Nicky Little is a director,” she tells AllBright. “It's very common, and it’s used as a wrap-around term to describe whatever is happening with someone’s behaviour, especially when women in leadership are coming across as assertive or confident.
What the adjective “aggressive” actually means, according to the Cambridge English Dictionary, is “behaving in an angry and violent way towards another person”. Meanwhile, the more positive “assertive” is someone who “behaves confidently and is not frightened to say what they want or believe”.
“There is a gender bias about what is acceptable behaviour in the office,” Little continues. “Women are expected to be warmer and more nurturing. But they are also expected to demonstrate competence and be tough when they need to, without compromising on these attributes.”
This is incredibly difficult, especially as successful leadership relies on being clearly understood and freely saying what you feel without having to act out an assigned gender role at the same time. And perhaps it’s designed to be hard. Putting extra mental obstacles in the way makes leadership more difficult for some – which could then be an advantage to others.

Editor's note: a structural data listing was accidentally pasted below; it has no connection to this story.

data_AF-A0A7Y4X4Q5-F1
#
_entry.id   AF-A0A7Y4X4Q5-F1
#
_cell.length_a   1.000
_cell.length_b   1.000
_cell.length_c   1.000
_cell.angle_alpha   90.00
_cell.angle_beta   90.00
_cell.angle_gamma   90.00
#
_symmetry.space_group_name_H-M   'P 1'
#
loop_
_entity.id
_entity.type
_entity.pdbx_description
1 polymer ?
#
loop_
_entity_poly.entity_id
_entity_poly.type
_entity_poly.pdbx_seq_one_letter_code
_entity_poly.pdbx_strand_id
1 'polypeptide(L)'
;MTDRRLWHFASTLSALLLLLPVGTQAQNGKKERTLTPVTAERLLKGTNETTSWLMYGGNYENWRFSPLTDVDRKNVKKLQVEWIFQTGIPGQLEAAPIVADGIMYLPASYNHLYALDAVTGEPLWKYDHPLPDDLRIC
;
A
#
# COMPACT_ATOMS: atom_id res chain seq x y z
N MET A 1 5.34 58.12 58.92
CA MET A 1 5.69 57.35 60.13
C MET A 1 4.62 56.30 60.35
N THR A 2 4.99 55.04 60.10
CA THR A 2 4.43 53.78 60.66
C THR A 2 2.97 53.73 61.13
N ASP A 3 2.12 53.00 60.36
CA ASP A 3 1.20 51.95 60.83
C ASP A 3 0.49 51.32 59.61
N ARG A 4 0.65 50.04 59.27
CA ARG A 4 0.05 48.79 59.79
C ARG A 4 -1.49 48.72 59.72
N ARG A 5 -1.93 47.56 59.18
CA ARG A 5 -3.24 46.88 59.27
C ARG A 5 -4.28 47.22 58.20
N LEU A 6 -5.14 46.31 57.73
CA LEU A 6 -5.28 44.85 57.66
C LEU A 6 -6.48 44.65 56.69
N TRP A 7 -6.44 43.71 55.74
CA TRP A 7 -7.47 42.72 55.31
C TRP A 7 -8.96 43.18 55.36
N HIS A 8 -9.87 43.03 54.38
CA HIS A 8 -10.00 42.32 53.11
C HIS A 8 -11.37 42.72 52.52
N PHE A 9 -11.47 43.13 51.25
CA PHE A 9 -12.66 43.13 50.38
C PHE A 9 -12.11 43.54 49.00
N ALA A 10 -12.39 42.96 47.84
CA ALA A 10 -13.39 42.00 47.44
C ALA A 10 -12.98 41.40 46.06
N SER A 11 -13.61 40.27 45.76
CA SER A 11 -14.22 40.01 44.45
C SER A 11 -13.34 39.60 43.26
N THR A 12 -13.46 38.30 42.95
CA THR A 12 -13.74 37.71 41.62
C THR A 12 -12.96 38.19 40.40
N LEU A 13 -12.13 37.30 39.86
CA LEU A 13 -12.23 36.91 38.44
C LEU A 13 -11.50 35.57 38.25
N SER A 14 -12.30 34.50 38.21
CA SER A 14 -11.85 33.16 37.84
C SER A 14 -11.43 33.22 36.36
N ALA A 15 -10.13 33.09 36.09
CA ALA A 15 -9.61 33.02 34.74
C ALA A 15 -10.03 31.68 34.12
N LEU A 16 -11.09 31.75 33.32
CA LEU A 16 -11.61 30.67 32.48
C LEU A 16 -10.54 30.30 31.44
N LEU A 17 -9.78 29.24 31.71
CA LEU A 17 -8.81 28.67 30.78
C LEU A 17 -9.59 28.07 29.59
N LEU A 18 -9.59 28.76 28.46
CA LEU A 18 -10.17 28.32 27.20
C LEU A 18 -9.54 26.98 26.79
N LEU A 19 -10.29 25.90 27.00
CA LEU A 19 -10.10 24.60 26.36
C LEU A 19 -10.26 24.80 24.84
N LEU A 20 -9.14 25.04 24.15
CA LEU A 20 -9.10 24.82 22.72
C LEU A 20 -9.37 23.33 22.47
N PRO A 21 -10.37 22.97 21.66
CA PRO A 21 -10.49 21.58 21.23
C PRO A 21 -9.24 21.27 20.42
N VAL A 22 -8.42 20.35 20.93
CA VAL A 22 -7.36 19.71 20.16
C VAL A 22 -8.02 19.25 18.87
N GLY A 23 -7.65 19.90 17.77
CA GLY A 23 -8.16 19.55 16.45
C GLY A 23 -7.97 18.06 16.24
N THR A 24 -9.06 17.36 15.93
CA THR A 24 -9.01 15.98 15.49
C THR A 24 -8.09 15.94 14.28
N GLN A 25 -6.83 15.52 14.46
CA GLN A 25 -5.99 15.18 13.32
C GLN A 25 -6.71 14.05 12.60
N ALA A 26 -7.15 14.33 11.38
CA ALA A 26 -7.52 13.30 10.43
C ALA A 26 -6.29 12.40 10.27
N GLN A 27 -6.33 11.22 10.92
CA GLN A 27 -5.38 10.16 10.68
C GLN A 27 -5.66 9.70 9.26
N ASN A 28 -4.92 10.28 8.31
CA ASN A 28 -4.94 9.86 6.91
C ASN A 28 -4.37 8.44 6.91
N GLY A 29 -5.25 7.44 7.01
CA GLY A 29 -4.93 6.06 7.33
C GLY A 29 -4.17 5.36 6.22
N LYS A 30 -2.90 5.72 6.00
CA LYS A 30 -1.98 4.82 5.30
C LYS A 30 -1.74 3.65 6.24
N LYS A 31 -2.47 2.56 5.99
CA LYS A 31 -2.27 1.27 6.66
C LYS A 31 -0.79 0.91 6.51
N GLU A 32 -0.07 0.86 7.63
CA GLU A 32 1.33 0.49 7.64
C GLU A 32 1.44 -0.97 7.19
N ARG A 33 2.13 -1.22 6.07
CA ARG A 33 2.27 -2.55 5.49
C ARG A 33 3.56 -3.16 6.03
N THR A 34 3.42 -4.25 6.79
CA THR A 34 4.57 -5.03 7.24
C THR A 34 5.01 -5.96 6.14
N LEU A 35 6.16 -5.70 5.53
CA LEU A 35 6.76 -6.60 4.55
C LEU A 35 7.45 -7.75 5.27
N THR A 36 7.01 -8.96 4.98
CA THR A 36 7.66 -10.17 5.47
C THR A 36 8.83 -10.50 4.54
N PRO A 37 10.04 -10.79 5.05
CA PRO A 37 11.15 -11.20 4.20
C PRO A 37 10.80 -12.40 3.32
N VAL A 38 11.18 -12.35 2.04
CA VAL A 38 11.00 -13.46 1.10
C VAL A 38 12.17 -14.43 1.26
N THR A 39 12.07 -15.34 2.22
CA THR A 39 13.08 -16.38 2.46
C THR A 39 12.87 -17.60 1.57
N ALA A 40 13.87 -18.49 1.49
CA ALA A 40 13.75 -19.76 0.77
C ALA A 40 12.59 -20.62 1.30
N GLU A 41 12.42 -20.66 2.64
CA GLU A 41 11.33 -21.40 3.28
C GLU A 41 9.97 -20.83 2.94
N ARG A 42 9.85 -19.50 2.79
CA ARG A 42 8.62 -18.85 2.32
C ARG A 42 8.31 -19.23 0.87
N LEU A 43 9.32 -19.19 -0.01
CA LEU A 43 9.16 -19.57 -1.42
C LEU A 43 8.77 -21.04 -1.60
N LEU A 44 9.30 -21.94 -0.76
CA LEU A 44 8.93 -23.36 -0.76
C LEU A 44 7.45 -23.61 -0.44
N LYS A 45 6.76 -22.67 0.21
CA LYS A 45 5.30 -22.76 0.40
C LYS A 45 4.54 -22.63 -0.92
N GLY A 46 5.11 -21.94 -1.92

There are countless studies that support the idea that gender biases make working life more difficult for women. More recently, a year-long study from Murray Edwards College at the University of Cambridge, Gender Bias in Workplace Culture Curbs Careers, revealed the issue remains pervasive across UK workplaces.
In the survey of more than 5,000 people, just over half (53%) of women said female colleagues were judged more negatively than their male counterparts when exhibiting the same behaviours. Only 18% of men said they had noticed this happening.